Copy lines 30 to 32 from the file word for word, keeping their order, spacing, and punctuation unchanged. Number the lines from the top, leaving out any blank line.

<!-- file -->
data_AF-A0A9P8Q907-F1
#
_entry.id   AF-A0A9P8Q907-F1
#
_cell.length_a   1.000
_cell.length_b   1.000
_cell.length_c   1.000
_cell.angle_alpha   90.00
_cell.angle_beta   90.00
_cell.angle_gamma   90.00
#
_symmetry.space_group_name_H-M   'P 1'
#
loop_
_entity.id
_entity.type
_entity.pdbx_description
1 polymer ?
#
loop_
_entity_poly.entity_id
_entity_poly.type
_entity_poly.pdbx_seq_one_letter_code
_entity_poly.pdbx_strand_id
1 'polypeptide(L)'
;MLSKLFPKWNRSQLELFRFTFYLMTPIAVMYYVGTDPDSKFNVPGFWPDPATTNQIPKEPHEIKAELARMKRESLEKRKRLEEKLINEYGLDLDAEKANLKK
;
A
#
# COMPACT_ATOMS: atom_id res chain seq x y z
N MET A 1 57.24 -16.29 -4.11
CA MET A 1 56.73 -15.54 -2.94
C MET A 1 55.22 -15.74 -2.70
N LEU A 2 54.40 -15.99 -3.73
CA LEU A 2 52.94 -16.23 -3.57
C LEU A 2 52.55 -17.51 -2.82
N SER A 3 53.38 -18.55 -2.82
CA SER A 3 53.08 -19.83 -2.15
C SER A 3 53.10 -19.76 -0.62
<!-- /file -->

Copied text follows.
# COMPACT_ATOMS: atom_id res chain seq x y z
N MET A 1 57.24 -16.29 -4.11
CA MET A 1 56.73 -15.54 -2.94